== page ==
Employees at Harpo Studios, production digs for Oprah Winfrey, report hearing piteous sobbing, ragtime music, laughter, cries for help and the footfalls of what seems to be a large crowd. A stately woman, dressed in gray and wearing a large old-fashioned hat is seen floating through the halls -- even being recorded on a security camera. While Harpo Studios is an icon of modern television production technology, the building that houses the company once served as that long ago makeshift morgue. Nearby at the Clark Street Bridge chilling screams for help tear through quiet summer nights; passersby call the police on a regular basis to report ''luminous'' bodies floating in the water of the Chicago River -- but none are ever found.
Sources: Rule, Leslie. 'Coast to Coast Ghosts.' Andrews McMeel Publishing, 2001. Eastland Disaster Historical Society, www.eastlanddisaster.org.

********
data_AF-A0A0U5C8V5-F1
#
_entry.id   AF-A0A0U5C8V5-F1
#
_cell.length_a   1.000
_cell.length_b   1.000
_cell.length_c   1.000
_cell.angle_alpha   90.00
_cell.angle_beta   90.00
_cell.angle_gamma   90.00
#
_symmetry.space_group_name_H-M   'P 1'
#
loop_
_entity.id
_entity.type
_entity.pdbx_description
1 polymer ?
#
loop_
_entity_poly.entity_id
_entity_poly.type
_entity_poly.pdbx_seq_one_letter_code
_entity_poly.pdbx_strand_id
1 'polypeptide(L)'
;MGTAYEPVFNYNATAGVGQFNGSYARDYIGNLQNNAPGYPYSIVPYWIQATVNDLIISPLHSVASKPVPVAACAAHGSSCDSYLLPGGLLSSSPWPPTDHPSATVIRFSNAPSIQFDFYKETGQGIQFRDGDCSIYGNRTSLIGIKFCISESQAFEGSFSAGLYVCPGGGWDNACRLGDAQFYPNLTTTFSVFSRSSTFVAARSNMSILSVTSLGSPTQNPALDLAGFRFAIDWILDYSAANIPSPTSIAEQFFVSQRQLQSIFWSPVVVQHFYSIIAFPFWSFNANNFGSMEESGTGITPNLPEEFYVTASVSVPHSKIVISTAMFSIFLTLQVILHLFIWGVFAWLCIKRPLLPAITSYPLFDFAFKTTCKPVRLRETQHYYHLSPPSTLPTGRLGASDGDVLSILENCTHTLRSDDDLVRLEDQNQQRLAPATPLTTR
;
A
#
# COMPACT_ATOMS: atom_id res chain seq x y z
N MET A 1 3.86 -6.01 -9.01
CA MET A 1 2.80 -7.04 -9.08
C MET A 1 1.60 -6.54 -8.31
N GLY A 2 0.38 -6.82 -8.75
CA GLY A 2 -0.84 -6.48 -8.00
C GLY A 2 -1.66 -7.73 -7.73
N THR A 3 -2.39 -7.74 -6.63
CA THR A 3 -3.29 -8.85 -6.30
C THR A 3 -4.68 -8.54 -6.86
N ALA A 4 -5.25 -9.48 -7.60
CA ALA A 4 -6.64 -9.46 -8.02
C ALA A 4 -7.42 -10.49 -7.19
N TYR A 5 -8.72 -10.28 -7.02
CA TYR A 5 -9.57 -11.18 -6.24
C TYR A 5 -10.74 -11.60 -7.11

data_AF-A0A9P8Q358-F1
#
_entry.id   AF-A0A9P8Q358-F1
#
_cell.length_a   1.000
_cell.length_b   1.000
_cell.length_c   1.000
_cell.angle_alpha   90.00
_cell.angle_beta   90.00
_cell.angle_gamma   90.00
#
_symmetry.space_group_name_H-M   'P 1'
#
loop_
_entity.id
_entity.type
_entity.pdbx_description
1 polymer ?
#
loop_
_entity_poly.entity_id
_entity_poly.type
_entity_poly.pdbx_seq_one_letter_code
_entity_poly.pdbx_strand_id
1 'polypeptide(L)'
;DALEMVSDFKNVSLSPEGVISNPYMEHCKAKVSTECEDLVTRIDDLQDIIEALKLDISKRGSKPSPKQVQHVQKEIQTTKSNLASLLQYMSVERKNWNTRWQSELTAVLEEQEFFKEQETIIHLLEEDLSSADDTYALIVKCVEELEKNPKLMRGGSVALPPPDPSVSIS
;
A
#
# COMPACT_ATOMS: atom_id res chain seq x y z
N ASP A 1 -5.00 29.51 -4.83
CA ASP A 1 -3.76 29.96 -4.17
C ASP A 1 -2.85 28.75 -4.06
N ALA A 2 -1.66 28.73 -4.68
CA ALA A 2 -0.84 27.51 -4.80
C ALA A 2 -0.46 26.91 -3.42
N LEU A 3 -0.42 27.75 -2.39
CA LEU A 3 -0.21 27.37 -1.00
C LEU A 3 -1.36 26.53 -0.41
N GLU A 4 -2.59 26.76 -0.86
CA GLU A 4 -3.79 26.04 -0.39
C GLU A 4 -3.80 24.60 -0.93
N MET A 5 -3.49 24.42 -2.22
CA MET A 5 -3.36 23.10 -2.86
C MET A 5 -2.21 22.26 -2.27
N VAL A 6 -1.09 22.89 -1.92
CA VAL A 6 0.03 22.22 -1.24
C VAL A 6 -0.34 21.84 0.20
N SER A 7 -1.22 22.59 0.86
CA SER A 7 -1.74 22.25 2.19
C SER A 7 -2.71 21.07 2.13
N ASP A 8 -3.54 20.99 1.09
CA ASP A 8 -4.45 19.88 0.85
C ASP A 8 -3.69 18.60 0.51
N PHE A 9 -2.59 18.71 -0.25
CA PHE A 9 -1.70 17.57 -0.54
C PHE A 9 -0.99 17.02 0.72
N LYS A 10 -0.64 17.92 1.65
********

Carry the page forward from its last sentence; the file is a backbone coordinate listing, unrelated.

...claiming that a pretty young girl was locked inside the cemetery's iron fence...
This story seems to be the genesis of the popular urban legend that, once embellished with local flavor, is a favorite at sleepovers and campouts. In the '30s, a beautiful Polish girl left a dance at the O'Henry Ballroom (now the Willowbrook) after arguing with her boyfriend and attempted to hitchhike home along Archer Avenue. Somewhere along this road, near Resurrection Cemetery, she was killed by a hit-and-run driver. Not long after her death, a pretty girl in a '30s style white dress began hitching rides along Archer Avenue ... usually going to or from the ballroom, usually vanishing at the cemetery. In 1977, a call was made to local authorities, claiming that a pretty young girl was locked inside the cemetery's iron fence. Upon investigation, no young woman was found, but two bent and scorched bars, bearing the indelible imprint of two hands -- were pulled apart just wide enough for the slim body of a girl to slip through. Evidently, Mary didn't want to be late for the dance.